A Guide To Practicing Radical Forgiveness

Most spiritualists know the importance of practicing radical forgiveness. Radical forgiveness helps them to live in peace and harmony with the spiritual laws of the universe; particularly the Law of Mind (It is done unto you as you believe.) and the Law of Attraction (You reap what you sow.).

For example, if you believe that reliving offenses is useless and forgive them, you are using the Law of Mind harmoniously. If you replace unforgiving thoughts of rage and resentment with feelings of empathy and compassion, you are sowing goodness, and are using the Law of Attraction harmoniously.

Radical forgiveness eliminates the mental minefield of unforgiveness, with its destructive fear-based, egoic emotions of shame, guilt, hate, rage, resentment, bitterness and vengeance. Internalizing these powerful negative emotions is very bad for your health.

Dr. John Sarno, in his book The Divided Mind: The Epidemic of Mind/Body Disorders, suggests that repressed emotions like guilt, hate and rage, feuled by unforgiveness, can trigger a condition called Tension Myositis Syndrome. (TMS). According to Sarno, TMS causes a systemic oxygen deprivation in the body, which can affect the back, neck and joints, causing chronic pain.

Likewise, unforgiveness may be bad for your health, according to the Mayo Clinic. Holding a grudge appears to affect the cardiovascular and nervous systems. In one study, people who focused on a personal grudge had elevated blood pressure and heart rates.

Additionally, Dr. Frederick Bailes, in his book Your Mind Can Heal You told of a patient who despised his in- laws, and dreaded walking anywhere to meet them. As a result, he developed debilitating arthritis in his knees, which was relieved almost immediately when he decided to forgive his in-laws of some old resentments.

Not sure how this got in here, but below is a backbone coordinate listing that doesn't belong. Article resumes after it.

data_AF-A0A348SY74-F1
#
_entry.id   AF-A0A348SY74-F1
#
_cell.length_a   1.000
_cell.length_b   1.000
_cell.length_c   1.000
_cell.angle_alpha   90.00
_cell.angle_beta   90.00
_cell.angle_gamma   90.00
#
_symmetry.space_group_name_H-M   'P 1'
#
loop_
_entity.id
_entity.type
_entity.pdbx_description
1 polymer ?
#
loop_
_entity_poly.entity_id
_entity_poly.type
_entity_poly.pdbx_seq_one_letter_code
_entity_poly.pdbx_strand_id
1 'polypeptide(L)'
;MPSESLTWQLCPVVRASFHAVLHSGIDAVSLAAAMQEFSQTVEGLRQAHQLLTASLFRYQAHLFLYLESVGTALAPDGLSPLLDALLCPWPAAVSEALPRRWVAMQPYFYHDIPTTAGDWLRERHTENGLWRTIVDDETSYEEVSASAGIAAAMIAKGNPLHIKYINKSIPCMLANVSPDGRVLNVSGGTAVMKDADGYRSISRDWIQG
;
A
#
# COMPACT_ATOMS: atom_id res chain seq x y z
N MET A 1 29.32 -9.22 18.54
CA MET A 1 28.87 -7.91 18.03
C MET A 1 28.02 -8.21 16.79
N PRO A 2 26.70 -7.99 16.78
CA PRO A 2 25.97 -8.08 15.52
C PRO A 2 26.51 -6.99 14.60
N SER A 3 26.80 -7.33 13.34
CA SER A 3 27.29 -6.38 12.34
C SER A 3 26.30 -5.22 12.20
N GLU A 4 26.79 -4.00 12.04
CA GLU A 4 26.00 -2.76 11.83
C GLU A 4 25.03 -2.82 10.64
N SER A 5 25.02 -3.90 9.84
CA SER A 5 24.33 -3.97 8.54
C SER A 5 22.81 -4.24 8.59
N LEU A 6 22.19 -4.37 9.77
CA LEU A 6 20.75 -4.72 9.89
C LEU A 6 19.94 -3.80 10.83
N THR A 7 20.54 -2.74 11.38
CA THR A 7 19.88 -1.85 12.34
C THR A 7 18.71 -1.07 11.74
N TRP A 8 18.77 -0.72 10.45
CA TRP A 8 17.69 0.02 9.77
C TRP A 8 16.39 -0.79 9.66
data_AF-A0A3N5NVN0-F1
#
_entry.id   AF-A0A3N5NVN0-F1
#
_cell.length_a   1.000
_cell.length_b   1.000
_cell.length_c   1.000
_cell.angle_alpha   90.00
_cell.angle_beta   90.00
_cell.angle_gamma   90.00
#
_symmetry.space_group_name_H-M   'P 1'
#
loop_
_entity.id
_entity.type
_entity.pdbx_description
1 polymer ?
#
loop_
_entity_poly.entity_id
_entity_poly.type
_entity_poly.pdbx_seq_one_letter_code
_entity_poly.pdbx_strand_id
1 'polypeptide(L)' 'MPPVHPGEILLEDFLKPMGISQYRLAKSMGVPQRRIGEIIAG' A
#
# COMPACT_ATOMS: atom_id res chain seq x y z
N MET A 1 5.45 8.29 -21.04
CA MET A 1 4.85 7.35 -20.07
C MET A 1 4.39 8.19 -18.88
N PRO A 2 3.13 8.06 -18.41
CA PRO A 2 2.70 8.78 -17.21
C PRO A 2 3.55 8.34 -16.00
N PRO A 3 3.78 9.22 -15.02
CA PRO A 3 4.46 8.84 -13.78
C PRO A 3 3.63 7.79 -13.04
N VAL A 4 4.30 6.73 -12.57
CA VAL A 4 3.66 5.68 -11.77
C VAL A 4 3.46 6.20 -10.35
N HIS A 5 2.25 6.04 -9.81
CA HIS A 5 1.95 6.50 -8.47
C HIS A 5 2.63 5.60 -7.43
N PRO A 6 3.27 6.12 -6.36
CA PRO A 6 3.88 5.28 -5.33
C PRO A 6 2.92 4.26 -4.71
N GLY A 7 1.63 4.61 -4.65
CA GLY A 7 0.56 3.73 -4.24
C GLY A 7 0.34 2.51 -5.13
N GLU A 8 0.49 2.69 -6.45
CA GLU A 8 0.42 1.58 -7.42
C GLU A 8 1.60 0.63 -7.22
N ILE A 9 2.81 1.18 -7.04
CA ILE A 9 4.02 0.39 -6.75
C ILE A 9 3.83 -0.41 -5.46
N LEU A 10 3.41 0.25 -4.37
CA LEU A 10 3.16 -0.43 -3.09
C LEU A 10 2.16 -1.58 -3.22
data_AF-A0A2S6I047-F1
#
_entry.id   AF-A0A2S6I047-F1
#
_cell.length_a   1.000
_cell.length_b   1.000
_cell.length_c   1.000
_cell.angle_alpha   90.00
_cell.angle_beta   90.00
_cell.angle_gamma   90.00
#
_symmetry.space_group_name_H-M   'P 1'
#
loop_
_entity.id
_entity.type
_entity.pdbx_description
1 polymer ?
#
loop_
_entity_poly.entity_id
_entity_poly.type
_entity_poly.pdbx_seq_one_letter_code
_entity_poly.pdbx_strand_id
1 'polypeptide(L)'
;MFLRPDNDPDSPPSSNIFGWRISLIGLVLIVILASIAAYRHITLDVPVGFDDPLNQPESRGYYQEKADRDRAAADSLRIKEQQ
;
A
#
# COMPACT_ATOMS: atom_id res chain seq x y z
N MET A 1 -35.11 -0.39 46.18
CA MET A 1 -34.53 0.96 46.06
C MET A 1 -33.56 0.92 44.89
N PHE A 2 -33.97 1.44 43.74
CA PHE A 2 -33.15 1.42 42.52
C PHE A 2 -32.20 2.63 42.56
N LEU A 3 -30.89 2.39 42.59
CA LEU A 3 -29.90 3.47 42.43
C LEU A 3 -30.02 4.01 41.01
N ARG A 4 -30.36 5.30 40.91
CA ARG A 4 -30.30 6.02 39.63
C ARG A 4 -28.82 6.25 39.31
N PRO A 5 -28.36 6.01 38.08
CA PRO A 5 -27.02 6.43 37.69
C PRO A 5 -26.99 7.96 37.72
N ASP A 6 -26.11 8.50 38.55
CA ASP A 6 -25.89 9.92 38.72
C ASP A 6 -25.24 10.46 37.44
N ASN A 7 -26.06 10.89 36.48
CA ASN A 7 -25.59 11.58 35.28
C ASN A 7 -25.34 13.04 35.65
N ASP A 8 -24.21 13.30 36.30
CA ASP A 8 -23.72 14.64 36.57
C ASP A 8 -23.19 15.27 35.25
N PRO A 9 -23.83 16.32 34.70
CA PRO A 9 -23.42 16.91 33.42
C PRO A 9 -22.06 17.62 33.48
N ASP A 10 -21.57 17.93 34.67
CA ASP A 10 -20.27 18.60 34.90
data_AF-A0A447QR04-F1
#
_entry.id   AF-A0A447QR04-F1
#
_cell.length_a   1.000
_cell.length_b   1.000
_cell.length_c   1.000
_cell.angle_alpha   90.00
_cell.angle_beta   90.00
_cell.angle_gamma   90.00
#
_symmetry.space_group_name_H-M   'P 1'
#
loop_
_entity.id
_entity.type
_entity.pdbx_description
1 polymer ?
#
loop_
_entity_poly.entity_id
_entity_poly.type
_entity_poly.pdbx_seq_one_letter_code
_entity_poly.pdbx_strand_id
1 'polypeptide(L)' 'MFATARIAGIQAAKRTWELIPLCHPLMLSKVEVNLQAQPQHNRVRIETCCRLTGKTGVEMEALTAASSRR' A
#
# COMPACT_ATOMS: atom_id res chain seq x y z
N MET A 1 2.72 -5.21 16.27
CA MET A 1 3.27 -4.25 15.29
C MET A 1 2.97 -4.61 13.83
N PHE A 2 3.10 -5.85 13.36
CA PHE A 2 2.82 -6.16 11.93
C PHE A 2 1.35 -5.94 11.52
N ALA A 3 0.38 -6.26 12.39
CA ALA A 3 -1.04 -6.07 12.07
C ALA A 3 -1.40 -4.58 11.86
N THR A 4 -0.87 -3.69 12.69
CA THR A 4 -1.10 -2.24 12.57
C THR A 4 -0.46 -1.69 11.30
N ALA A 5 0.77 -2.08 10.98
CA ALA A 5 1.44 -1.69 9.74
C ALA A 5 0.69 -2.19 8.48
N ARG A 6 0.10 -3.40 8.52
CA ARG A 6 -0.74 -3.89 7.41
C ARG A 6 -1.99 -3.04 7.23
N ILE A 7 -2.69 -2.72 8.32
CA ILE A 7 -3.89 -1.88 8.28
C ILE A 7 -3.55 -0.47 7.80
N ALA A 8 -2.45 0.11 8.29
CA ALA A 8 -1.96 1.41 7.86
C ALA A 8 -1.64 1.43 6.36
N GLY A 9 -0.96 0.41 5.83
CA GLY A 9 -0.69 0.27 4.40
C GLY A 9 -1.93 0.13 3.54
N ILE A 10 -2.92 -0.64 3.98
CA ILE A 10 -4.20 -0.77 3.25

The healing power of radical forgiveness is activated via a raising of consciousness from the fear-based level of ego to the love-based level of spirit. This is not easy to achieve, because the ego loves the fruits of unforgiveness. It enjoys being agitated, annoyed and offended, and relishes feelings of anger, rage, resentment and retribution.

A fine example of raised spiritual consciousness and radical forgiveness came from Jesus of Nazareth. During his crucifixion, he said of his killers, "Forgive them Father (God), for they know not what they do." Empathetic and compassionate to the end, Jesus knew that many people are hypnotized from cradle to grave by their personal egos and the communal ego. He realized that some folks function more comfortably at the ego level of consciousness, and he felt compassion for them.

Another great example of radical forgiveness came from the character Mack in the book The Shack, by William Paul Young. Mack’s six-year-old daughter was kidnapped and murdered. Mack blamed God and himself, and hated the killer. His paralyzing guilt, grief and unforgiveness reduced his life to ruins, resembling a rundown shack.

In a memorable passage from the book, Papa (God) counsels Mack about the meaning and mechanics of radical forgiveness:

"Forgiveness is not about forgetting. It is about letting go of another person’s throat. Forgiveness does not create a relationship. Unless people speak the truth about what they have done and change their mind and behavior, a relationship of trust is not possible.

"When you forgive someone you certainly release them from judgment, but without true change, no real relationship can be established.

"Forgiveness in no way requires that you trust the one you forgive. But should they finally confess and repent, you will discover a miracle in your own heart that allows you to reach out and begin to build between you a bridge of reconciliation.

"Forgiveness does not excuse anything. You may have to declare your forgiveness a hundred times the first day and the second day, but the third day will be less and each day after, until one day you will realize that you have forgiven completely. And then one day you will pray for your enemy’s wholeness."

Eventually, Mack learned to practice radical forgiveness and was freed from his "shack."

Accordingly, it behooves those who are spiritually aware to look past the horrors and evil of egoic hypnotism and the endless atrocities it commits against humanity, via humanity. We can then say to the ego afflicted; Forgive them, Father, for they know not what they do.

That is practicing radical forgiveness.

At the same time, the inexorable, impersonal and relentless spiritual laws of the universe are in motion, rewarding good with harmony and peace, and answering evil with justice.

Keeping my Karma clean at satsfats510@mailstation.com.